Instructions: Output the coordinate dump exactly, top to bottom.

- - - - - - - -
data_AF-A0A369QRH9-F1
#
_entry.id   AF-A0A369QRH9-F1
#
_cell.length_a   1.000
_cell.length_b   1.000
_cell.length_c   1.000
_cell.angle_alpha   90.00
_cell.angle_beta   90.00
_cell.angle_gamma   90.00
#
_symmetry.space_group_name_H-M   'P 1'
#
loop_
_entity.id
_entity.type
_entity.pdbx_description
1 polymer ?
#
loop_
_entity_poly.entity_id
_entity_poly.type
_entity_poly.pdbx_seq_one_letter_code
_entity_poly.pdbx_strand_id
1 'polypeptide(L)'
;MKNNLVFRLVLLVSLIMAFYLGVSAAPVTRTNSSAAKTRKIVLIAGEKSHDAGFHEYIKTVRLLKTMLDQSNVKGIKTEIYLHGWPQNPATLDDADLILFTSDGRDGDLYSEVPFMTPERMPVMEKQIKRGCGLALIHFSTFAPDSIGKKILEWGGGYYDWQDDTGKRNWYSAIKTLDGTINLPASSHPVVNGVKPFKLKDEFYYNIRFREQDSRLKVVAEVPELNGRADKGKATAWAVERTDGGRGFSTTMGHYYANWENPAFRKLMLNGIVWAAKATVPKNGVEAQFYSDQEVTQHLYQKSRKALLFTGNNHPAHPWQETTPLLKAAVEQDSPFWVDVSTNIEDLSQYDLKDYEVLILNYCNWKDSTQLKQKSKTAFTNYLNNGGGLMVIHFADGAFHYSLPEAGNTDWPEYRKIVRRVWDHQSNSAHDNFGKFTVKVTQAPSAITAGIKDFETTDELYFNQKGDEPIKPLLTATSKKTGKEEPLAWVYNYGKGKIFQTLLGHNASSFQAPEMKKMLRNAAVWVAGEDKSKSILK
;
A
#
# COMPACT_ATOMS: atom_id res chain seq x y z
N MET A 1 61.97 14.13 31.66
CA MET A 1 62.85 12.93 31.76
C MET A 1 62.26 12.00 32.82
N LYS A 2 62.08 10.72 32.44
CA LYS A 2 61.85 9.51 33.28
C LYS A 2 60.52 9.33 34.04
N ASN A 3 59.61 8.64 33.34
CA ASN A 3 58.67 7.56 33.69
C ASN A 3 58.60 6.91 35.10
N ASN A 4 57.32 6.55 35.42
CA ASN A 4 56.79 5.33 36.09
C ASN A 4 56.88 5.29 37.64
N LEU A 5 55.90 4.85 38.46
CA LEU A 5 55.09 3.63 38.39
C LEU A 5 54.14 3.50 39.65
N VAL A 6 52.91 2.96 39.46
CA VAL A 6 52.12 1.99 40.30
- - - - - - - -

data_AF-A0A369QRH9-F1
#
_entry.id   AF-A0A369QRH9-F1
#
_cell.length_a   1.000
_cell.length_b   1.000
_cell.length_c   1.000
_cell.angle_alpha   90.00
_cell.angle_beta   90.00
_cell.angle_gamma   90.00
#
_symmetry.space_group_name_H-M   'P 1'
#
loop_
_entity.id
_entity.type
_entity.pdbx_description
1 polymer ?
#
loop_
_entity_poly.entity_id
_entity_poly.type
_entity_poly.pdbx_seq_one_letter_code
_entity_poly.pdbx_strand_id
1 'polypeptide(L)'
;MKNNLVFRLVLLVSLIMAFYLGVSAAPVTRTNSSAAKTRKIVLIAGEKSHDAGFHEYIKTVRLLKTMLDQSNVKGIKTEIYLHGWPQNPATLDDADLILFTSDGRDGDLYSEVPFMTPERMPVMEKQIKRGCGLALIHFSTFAPDSIGKKILEWGGGYYDWQDDTGKRNWYSAIKTLDGTINLPASSHPVVNGVKPFKLKDEFYYNIRFREQDSRLKVVAEVPELNGRADKGKATAWAVERTDGGRGFSTTMGHYYANWENPAFRKLMLNGIVWAAKATVPKNGVEAQFYSDQEVTQHLYQKSRKALLFTGNNHPAHPWQETTPLLKAAVEQDSPFWVDVSTNIEDLSQYDLKDYEVLILNYCNWKDSTQLKQKSKTAFTNYLNNGGGLMVIHFADGAFHYSLPEAGNTDWPEYRKIVRRVWDHQSNSAHDNFGKFTVKVTQAPSAITAGIKDFETTDELYFNQKGDEPIKPLLTATSKKTGKEEPLAWVYNYGKGKIFQTLLGHNASSFQAPEMKKMLRNAAVWVAGEDKSKSILK
;
A
#
# COMPACT_ATOMS: atom_id res chain seq x y z
N MET A 1 61.97 14.13 31.66
CA MET A 1 62.85 12.93 31.76
C MET A 1 62.26 12.00 32.82
N LYS A 2 62.08 10.72 32.44
CA LYS A 2 61.85 9.51 33.28
C LYS A 2 60.52 9.33 34.04
N ASN A 3 59.61 8.64 33.34
CA ASN A 3 58.67 7.56 33.69
C ASN A 3 58.60 6.91 35.10
N ASN A 4 57.32 6.55 35.42
CA ASN A 4 56.79 5.33 36.09
C ASN A 4 56.88 5.29 37.64
N LEU A 5 55.90 4.85 38.46
CA LEU A 5 55.09 3.63 38.39
C LEU A 5 54.14 3.50 39.65
N VAL A 6 52.91 2.96 39.46
CA VAL A 6 52.12 1.99 40.30